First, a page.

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Definition of ODL

ODL values: Impact of external factors

The ODL measuring probes are used to record the ambient radiation at a height of one metre above the ground. The intensity of the external radiation is indicated in μSv/h (microsievert per hour).

Impact of external factors on the measured ODL values

The natural radiation caused by radioactive substances at a specific place depends in particular on the altitude and the geological formation and remains largely constant over long periods of time.

Impact of the weather

The intensity of the local dose rate is sometimes affected by external factors. These include:

Rain

Radioactive decay products of radon, a natural radioactive noble gas, are washed out of the atmosphere by precipitation and are deposited on the ground. This may cause the local dose rate (ODL) to increase, so that it temporarily reaches twice the normal value. However, the local dose rate will return to its normal level within a few hours.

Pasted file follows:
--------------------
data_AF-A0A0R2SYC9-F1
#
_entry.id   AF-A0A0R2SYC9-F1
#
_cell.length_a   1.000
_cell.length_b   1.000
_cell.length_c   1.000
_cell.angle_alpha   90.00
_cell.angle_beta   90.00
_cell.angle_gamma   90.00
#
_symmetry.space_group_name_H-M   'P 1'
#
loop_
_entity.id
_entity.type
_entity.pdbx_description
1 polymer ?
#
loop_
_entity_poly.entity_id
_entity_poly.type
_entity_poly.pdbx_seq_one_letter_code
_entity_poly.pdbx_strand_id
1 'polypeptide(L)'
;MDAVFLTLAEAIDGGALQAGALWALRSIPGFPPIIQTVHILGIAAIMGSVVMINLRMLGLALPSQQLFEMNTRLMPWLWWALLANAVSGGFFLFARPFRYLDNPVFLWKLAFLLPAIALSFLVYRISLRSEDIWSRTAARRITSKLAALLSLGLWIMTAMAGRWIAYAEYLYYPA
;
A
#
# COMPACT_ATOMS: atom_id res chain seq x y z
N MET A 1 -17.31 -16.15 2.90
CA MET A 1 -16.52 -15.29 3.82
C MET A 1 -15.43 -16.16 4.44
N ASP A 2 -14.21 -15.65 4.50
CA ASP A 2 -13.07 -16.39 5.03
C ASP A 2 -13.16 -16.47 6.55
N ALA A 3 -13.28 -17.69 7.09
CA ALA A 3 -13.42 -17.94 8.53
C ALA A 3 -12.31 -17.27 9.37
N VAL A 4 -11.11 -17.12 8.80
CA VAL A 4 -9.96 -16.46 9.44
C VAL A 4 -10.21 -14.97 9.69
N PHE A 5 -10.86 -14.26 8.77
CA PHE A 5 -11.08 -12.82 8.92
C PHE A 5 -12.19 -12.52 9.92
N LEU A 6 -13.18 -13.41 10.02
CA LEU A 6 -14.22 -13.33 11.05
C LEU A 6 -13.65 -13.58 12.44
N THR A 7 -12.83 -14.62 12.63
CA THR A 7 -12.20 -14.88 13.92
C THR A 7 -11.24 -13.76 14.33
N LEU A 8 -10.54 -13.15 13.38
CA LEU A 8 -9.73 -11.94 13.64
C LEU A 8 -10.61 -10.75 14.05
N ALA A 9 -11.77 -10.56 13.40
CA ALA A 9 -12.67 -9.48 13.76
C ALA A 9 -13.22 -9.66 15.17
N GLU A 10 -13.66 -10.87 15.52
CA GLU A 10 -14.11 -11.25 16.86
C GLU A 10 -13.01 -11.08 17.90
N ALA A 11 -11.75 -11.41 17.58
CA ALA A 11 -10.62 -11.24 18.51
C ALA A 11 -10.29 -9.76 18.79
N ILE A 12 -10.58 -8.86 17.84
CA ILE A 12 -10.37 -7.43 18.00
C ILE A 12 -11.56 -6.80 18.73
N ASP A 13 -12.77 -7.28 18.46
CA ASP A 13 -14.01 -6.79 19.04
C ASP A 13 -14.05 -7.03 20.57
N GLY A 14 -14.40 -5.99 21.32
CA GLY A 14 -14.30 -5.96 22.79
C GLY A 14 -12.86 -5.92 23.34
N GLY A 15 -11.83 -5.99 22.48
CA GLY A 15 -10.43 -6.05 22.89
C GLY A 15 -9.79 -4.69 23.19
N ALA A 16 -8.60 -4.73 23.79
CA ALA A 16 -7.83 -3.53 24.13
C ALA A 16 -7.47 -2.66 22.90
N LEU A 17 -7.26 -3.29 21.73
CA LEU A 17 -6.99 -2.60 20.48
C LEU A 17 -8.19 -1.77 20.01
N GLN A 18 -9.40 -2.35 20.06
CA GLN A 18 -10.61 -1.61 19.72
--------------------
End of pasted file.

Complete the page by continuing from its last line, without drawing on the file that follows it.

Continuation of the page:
Snow

As in the case of rain, snowfall may lead to an increase of the local dose rate, in particular if the ground was free of snow before. If the ground remains covered by snow, the snow will shield the terrestrial radiation so that it does not reach the probe. The local dose rate will decrease and remain at a lower level until the snow begins to thaw. Then the local dose rate will return to its former level.

Wind

Strong winds can cause oscillations in the entire probe including the standpipe. This may trigger electric pulses within the counter and lead to an increase in the measured values.

Seasonal variations

The local dose rate is not only subject to short-term phenomena but also to seasonal variations when considered over longer periods of time. These variations may amount to several 0.01 μSv/h. The principle reasons are:

  • ongoing changes in soil moisture,
  • the geology of the ground, the surface properties of the ground, and
  • the local microclimate.

Technical problems

Maintenance work, reconstruction of the site, malfunctions of transmitters, malfunctions of probes and regular radiological testing of the probes may lead to a short-term or long-term downtime of measuring stations.

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